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Music the Cure-All for Alzheimer’s - When Glen Campbell came forward in 2011 to announce he had Alzheimer’s disease, it was a blow for his fans. Many of us remember the music from the 70s that defined his career. You can’t think Glen Campbell without Rhinestone Cowboy coming to mind. Now, though, he’s going to be remembered for something else, as well: how music has soothed his soul during his battle with Alzheimer’s disease. Until last night, most of us also hadn’t seen much in the media about Campbell. But when Tim McGraw stepped onto the Academy Awards stage and belted out the song that’s part of his “Glen Campbell…I’ll Be Me” documentary, it put the importance of Alzheimer’s disease, elder care and the role music has on the human condition in the limelight. And we think that’s a good thing. James Keach, part of the creative team for the documentary said it best, I had my cameras in there, he said. Sometimes Glen would stop and say, I m so sorry. I can t remember. The interesting thing to me is

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Does Massive Anthem Cyber Attack Affect Medicare, Medicaid? - Eighty million people. That’s right, the massive cyber attack against Anthem Insurance last week likely will affect up to 80 million Americans; to what extent is not known. Not only is that overwhelming, but it’s also indicative of just how difficult it can be to protect privacy in our technological age. But what about Medicaid and Medicare? Were those records affected? And what, if anything, should you do if you’re concerned about your coverage or that of a loved one? The one thing most everyone agrees on is that the timing couldn’t be worse. It’s likely going to result in massive costs associated with repairing the overall Obamacare system, if not nationwide, then certainly in some states (current estimates are at least 14 states, those most believe it’s going to affect the systems nationally). Damage control in terms of customer faith is important, as well. Plus, it comes with just one week remaining in the open enrollment period for new customers under the Affordable C

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Highest Tax Rate in the World? - Today, President Obama will release the specifics associated with changing the inheritance and capital gains taxes. It’s not likely to pass, courtesy of our Republican Congress; however, if by some strange chance it does pass, the United States would have the highest inheritance and capital gains tax rates in the industrialized world. If you watched the State of the Union address, you may recall his plan that would eliminate the step-up basis at death for taxes on capital gains; and the top capital gains rate would jump to 28% from 20%. As it is now, when one dies, the increase in the valuation of the assets from when it was originally purchased is not taxed. The president’s plan would tax estates and impose the regular capital gains tax on inherited assets, whether they’re proper, stocks or even a business. High Tax Rate Bottom line: it could bring the collective death tax rate to a whopping 57 percent and could potentially mean a 68 percent rate when state inheritance taxes ar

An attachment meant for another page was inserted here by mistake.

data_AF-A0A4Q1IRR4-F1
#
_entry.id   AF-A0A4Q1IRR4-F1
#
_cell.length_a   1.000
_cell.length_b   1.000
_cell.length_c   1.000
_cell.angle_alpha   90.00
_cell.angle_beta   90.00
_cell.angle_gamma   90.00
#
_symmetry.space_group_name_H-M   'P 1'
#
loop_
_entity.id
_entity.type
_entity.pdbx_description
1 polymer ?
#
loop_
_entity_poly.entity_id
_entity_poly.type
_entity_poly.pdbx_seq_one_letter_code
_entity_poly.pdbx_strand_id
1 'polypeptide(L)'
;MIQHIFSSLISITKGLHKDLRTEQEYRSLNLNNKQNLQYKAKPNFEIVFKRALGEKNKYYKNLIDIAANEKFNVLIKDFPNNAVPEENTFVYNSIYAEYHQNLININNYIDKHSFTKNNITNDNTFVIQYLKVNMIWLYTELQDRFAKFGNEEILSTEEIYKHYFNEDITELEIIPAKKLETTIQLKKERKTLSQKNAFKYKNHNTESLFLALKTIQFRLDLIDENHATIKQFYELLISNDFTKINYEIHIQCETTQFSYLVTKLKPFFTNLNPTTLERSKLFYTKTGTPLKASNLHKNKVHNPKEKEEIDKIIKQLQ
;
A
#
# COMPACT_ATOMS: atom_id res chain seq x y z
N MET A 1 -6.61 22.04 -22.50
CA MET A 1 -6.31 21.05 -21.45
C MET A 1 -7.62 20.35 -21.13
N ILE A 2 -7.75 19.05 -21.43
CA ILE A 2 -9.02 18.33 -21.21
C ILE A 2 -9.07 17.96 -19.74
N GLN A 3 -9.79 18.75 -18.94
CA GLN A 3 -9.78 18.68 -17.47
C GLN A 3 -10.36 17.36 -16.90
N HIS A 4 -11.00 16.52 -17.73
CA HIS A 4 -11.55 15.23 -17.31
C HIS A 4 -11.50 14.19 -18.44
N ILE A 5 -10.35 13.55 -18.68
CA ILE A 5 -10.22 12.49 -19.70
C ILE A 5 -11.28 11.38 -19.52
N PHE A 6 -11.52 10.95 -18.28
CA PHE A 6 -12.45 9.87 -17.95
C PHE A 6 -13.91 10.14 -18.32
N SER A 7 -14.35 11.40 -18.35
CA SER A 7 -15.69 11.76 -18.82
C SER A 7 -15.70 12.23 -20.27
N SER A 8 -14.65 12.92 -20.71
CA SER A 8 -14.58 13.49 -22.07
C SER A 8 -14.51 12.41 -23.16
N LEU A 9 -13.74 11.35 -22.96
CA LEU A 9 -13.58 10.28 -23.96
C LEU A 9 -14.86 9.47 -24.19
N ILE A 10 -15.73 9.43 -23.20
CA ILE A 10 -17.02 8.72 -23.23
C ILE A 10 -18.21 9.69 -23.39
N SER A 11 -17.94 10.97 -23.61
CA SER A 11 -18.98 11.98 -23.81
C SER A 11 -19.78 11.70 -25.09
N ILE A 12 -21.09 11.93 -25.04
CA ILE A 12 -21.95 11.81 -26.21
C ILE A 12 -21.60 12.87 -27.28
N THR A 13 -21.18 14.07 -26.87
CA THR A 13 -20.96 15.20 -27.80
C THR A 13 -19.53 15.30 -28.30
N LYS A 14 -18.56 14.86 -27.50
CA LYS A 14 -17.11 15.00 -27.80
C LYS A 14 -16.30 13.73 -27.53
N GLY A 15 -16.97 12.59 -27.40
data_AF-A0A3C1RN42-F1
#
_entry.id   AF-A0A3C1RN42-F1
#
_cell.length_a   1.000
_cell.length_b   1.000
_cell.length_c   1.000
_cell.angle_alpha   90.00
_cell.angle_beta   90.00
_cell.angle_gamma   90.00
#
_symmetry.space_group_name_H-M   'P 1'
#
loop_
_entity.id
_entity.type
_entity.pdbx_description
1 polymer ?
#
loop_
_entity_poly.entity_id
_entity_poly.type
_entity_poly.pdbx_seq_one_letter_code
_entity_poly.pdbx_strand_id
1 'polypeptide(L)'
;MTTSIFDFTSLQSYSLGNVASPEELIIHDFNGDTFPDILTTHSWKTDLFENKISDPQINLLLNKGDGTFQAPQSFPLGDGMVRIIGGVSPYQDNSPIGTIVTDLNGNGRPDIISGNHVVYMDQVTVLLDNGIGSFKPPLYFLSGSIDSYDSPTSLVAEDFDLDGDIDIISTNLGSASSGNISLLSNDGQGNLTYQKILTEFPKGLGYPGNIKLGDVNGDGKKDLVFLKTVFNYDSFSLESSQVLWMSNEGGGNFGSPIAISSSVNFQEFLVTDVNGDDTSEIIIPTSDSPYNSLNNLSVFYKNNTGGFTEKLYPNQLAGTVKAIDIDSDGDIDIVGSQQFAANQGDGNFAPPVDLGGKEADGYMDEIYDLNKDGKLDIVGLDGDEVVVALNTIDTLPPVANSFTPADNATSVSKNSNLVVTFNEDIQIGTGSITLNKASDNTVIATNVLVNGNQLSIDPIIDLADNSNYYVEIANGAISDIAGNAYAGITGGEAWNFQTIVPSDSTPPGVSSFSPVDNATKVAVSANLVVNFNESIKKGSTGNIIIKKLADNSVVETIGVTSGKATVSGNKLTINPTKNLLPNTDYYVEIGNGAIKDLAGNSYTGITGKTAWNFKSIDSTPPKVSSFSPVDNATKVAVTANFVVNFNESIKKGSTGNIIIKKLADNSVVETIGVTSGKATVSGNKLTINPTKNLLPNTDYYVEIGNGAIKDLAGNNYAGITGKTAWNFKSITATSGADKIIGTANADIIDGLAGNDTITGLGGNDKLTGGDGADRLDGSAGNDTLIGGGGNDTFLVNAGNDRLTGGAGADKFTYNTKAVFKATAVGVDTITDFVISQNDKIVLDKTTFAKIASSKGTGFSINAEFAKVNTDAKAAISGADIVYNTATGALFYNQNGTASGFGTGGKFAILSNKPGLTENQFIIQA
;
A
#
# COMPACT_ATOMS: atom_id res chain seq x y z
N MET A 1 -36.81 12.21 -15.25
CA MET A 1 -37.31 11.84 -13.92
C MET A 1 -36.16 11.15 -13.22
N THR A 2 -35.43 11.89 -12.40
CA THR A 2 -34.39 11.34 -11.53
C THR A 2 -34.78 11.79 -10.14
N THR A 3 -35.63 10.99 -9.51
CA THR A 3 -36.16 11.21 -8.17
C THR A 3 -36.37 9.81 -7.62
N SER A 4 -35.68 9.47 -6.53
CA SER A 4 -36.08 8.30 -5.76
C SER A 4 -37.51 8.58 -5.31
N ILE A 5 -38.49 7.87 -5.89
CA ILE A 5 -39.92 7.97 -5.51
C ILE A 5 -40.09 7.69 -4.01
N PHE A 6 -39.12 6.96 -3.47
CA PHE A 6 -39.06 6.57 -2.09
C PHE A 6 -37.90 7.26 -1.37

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The Roth IRA: Simple, Effective for Estate Planning - The Roth IRA has been hailed as one of the best estate planning tools around, and for good reason. It’s ideal for transferring wealth, has no income tax penalties for heirs when they withdraw and it’s versatile, too. Still, it’s important to keep in mind a few important elements that keep the simplicity intact. One of the biggest challenges, not only in estate planning but in family dynamics as a whole, is remembering not every family member may be as well off as others. An heir could find a heavy tax burden as a result of inheriting those assets. Best to make accommodations and address the situation ahead of time, but you don’t have to make uncomfortable concessions that aren’t beneficial for you. Your estate planning attorney can help with that important consideration as you do what you can to maximize the benefits for your heirs while not defeating your purposes. Taxes And speaking of things that aren’t always beneficial, don’t forget estate taxes. With the Obama Admi

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A Look at New York’s Telemedicine Law - It’s official. As of January 1, a new law in New York went into effect. It addresses the growing popularity of telemedicine. It also cements the 22nd state to have enacted a telemedicine statute. But how well will it fare and is it possible New York’s tweaked it enough so that its success will overshadow all other states? This week, we take a look at this new law, sponsored by Senator Catharine Young (R) and signed into law by New York Governor Andrew Cuomo (D). New York’s Telemedicine Law This was a bill that gained bi-partisan support with the sole purpose of ensuring patient access to telemedicine services through the private sector. The law is clear: commercial insurers are required to cover services delivered through telemedicine and telehealth. Further, there are patient protections built into it, including a rule that deductibles, co-insurance fees or any other conditions and costs are not to be tacked if they differ from already-existing conditions applicable to traditio